Thursday, July 12, 2012

It's always kind of fun to see Delaware Demopublicans claiming that the State doesn't provide them special advantages

Which they do, fairly often.

Just browsing Chapter 33 of the Delaware Code, we find that the words "Democratic" and "Republican" have been declared completely off-limits for all other parties for all time.

No "Democratic Socialist Workers Party" permitted in Delaware.

In fact, Thomas Jefferson's "Democratic-Republican" party would have been illegal here, too.

The Code:
(a) The certificates of nomination shall designate a title for the party which the convention or committee represents, together with any simple figure or device by which its lists of candidates may be designated on the ballot. The figure or title or device selected and designated by the state conventions or committee of any party shall be used by that party throughout this State. Only 1 figure or device shall be used by a party at any election. The same title, figure or device shall not be used by more than 1 party, and the party first certifying a name, title, figure or device to the county departments of elections shall have prior right to use the same, and provided further that the Democratic Party and the Republican Party shall have exclusive use of such title and no other party shall use the word "Democratic" or "Republican" or any variation thereof in its title. Such figure or device may be the figure of a star, an eagle, a plow, or some such appropriate symbol, but the coat of arms or seal of this State or of the United States or the flag of the United States or of this State shall not be used as such figure or device.
Nah, no special privileges.  It's all about the superiority of the message, yah know?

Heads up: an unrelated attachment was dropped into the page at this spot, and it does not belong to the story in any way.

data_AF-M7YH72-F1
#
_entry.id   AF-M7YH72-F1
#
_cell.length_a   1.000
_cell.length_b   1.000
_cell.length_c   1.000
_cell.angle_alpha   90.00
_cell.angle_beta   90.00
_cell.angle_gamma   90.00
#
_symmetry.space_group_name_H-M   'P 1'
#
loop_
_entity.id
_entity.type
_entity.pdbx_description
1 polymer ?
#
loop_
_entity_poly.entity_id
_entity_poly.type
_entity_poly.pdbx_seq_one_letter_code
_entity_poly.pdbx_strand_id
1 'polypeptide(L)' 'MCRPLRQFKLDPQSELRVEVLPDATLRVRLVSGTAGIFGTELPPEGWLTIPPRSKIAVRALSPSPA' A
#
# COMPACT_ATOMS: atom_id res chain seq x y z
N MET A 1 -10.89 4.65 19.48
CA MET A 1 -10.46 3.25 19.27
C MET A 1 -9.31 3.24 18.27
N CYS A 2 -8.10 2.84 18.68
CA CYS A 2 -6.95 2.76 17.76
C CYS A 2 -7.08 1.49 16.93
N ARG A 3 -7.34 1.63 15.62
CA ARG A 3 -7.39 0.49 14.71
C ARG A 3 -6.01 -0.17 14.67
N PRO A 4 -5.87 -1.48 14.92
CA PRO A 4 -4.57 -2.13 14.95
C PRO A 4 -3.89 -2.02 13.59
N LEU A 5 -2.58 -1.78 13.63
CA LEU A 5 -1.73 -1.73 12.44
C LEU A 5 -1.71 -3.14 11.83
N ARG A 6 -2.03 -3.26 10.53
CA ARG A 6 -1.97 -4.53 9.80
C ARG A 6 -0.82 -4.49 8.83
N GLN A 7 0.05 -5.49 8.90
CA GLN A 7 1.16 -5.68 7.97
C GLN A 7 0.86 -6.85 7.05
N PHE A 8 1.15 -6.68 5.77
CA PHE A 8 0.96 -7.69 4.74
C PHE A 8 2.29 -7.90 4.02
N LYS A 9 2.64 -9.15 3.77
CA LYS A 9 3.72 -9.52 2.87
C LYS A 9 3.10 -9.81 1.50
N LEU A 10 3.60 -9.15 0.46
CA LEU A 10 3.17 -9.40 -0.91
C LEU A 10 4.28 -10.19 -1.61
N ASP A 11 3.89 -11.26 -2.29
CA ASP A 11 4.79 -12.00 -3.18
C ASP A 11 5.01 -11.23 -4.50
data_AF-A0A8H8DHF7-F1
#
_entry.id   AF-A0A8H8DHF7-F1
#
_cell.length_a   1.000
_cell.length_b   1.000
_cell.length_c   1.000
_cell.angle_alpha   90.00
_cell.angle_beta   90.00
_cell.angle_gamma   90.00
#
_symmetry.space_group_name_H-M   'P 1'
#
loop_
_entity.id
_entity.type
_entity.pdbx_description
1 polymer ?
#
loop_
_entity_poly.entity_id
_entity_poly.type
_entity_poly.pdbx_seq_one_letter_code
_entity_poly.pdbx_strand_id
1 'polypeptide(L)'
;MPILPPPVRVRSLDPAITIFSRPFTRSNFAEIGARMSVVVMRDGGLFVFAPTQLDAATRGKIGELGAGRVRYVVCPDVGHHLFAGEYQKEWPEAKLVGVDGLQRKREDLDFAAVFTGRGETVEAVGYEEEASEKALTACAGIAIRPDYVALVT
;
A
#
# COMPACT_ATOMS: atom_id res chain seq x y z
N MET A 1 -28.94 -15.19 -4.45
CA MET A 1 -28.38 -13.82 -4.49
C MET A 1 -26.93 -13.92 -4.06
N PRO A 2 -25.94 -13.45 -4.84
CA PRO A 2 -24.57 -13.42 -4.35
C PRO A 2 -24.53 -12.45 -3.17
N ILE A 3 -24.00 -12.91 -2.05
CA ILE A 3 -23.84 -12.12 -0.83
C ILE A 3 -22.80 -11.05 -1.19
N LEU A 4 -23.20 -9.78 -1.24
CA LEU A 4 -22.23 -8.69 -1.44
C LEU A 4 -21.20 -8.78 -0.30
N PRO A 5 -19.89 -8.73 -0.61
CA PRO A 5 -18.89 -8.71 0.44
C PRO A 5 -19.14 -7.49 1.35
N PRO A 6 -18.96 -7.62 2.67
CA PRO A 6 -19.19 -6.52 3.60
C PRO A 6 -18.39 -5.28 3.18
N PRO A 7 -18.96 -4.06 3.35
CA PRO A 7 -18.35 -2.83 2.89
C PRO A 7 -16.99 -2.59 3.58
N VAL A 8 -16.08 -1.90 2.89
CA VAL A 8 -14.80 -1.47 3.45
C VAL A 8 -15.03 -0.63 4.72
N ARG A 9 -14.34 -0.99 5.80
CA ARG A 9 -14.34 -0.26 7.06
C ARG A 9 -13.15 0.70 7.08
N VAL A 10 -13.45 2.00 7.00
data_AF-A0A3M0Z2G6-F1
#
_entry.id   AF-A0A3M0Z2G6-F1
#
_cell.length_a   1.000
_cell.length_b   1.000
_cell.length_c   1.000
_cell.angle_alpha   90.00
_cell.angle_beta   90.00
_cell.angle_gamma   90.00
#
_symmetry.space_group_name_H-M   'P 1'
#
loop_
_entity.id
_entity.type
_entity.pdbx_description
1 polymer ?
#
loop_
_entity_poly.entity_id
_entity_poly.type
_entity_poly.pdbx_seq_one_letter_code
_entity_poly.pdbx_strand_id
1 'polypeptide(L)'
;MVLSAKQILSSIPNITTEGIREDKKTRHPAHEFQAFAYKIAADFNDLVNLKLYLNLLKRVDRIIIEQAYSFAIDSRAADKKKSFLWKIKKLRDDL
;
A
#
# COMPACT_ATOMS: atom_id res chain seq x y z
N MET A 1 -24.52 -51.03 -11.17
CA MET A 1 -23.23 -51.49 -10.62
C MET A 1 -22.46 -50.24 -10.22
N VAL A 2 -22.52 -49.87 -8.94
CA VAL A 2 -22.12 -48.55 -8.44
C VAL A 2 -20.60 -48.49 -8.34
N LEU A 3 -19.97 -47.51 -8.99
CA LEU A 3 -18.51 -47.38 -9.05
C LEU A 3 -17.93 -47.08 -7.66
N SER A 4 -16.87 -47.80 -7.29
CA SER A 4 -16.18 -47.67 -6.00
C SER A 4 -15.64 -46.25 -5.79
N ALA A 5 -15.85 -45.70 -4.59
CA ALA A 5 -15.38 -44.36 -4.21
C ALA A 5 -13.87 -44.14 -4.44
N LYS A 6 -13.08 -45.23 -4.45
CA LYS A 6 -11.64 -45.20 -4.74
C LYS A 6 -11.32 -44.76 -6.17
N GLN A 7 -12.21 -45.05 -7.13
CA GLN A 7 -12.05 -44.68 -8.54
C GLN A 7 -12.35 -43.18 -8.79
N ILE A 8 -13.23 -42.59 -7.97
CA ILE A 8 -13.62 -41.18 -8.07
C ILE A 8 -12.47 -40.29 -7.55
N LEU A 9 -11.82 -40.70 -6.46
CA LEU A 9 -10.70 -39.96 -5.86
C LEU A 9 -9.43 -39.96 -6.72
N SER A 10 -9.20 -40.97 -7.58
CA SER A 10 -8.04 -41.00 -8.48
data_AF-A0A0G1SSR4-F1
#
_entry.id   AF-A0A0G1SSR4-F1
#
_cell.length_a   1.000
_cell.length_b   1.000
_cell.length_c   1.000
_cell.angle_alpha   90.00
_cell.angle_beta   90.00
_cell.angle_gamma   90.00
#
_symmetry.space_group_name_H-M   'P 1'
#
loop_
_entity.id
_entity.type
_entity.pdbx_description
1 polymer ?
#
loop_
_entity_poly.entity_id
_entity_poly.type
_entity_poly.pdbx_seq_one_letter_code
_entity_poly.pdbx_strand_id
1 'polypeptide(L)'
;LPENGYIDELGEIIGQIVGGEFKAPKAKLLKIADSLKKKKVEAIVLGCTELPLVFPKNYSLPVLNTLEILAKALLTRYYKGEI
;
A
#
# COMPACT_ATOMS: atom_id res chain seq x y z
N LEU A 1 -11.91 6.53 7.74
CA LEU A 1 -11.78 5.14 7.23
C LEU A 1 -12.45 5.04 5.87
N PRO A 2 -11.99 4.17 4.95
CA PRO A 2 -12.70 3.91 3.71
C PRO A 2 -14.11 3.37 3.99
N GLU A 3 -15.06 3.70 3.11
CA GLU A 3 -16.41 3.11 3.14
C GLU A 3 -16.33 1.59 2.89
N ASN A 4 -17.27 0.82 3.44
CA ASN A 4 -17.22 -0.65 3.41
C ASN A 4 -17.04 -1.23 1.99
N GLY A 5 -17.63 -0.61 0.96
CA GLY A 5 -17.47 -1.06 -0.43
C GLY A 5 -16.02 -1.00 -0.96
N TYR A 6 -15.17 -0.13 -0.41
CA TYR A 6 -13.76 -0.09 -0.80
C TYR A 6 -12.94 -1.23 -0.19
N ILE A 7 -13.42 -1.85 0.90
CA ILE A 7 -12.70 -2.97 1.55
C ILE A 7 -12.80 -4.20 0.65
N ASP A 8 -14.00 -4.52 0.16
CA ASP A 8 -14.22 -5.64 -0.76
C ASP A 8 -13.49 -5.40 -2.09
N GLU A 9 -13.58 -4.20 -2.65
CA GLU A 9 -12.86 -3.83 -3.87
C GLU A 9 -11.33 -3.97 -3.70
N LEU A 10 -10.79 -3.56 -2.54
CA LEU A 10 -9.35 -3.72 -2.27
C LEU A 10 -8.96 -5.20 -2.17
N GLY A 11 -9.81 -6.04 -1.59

tom said...

Don't forget that members of 3rd parties are excluded from appointment to the county Boards of Elections by § 202 (a) and § 203 (a) of Title 15

kavips said...

I'm confused. I see some advantages. Let us say a Republican candidate wanted to run in Wilmington. He could file as a third party, and his party could be called


(the dot at the end is what makes it different.) Considering the mentality of many voters, that could make things difficult especially in the election of an at large seat.

And, considering the smegma attached to both party's names, I'm not sure it would impart the advantage one might wish, such as the Democratic Conservative Party or the Republican Socialists.

I will go out on the limb and say you are arguing a moot point here. :)

Better stick to the Johnsons....

tom said...

That is a Straw Man.

Said Republican could already change his party affiliation to Democrat (without the dot), file for the primary and have a far better chance with less effort and expense.

Qualifying a third party for ballot access is a lot of hard work even when it's a legitimate Party as opposed to the obvious subterfuge you propose.